The doctors sometimes get confused on how to diagnose their patients in the best way possible as suggested by a recent report from US Academy of Pediatrics.

AAP report lead author Dr. Scott Sicherer pointed out that it’s normal for a person to assume that they have a food allergy, but the truth of the matter may tend to be different. However, a real food allergy entails reaction of the immune system against a certain food which in turn upsets you, but that doesn`t qualify it as an allergy, said Sicherer. He also stressed that it’s vital to differentiate other “unpleasant reactions “to food from an allergy.

According to him, some individuals may be intolerant, for instance, lactose intolerance. Other times it may be just a reaction caused by food poisoning and there also persons who find it hard to eat a lot of food.

A few symptoms of food allergy

Symptoms for food allergy include stomach cramps and hives to a deadly reaction known as anaphylaxis, which tends to interfere with the breathing process shocking the whole body. Persons with a real allergy ought to avoid eating the food that is causing them problem. If need be, they should have an EpiPen (auto-injector of epinephrine just in case of a serious reaction. However, Sicherer refers that as an expense and burden stressing that, having an actual diagnosis is the only way out.

The AAP report reveals that there are doctors who don’t know the best way to diagnose a food allergy. In a certain study about primary care doctors, around 38% mistakenly pointed out that blood tests or prick tests only can diagnose food allergies definitively. Allergy specialist conducts “gold standard” test, which is simply a food challenge. The patient is given little amount of their problem food over a certain period to check whether the allergic reaction can reoccur. However, Sicherer argues that the food challenge isn`t an essential but the context matters. He noted that if an adult or children have long time symptoms that indicate food allergy and blood and skin tests prove the same, such an individual should be diagnosed correctly lest they require adult CPR.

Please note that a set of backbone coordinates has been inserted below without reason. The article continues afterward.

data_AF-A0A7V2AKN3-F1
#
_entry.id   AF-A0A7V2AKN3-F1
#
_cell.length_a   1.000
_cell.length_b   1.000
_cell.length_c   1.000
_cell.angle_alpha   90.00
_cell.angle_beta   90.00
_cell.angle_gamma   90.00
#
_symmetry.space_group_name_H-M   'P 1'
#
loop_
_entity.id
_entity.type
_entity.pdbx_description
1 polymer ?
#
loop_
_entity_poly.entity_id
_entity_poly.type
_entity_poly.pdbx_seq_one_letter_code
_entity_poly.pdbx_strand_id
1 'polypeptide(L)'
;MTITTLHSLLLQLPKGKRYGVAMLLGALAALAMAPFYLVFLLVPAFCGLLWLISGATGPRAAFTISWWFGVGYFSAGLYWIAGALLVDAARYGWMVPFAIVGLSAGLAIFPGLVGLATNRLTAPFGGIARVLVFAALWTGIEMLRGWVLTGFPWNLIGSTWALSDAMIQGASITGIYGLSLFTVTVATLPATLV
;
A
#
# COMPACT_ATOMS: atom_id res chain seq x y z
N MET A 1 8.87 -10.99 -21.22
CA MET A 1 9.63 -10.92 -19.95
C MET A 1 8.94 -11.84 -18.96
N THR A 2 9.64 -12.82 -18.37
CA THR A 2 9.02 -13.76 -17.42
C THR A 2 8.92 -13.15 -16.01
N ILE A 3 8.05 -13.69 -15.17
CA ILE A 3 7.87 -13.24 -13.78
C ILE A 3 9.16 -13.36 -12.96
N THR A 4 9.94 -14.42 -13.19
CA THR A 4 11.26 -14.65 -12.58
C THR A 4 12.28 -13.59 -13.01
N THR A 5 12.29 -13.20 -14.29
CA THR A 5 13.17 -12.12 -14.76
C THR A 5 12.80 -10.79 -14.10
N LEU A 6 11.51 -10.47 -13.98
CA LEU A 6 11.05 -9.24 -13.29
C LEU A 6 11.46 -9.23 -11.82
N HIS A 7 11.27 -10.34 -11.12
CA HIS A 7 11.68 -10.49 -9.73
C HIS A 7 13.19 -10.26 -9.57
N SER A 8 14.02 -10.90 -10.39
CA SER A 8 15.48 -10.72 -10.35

Expert views

The report advocates for improved education on ways to prevent food allergy besides the call for better diagnosis. It happened that some allergy experts held the belief small children can be protected from allergies caused by foods through delayed introduction of eggs, peanuts and daily into their diets. However, this notion was disregarded by Dr. Bruce Lancer, pediatric food allergy program Director at the National Jewish Health, from Denver.

Recent guidelines suggestion may sound counterintuitive. Children who have a higher rate of peanut allergies ought to be fed with foods containing peanut from the age of four months. That should be done when they are of an appropriate age. Lanser suggests that the breast milk can be mixed with smooth peanut butter. He says that exposing a child to peanuts earlier will compel their immune system to devise a tolerance.

All the same, Lanser and Sicherer stressed the need to visit an allergy specialist to make a diagnosis.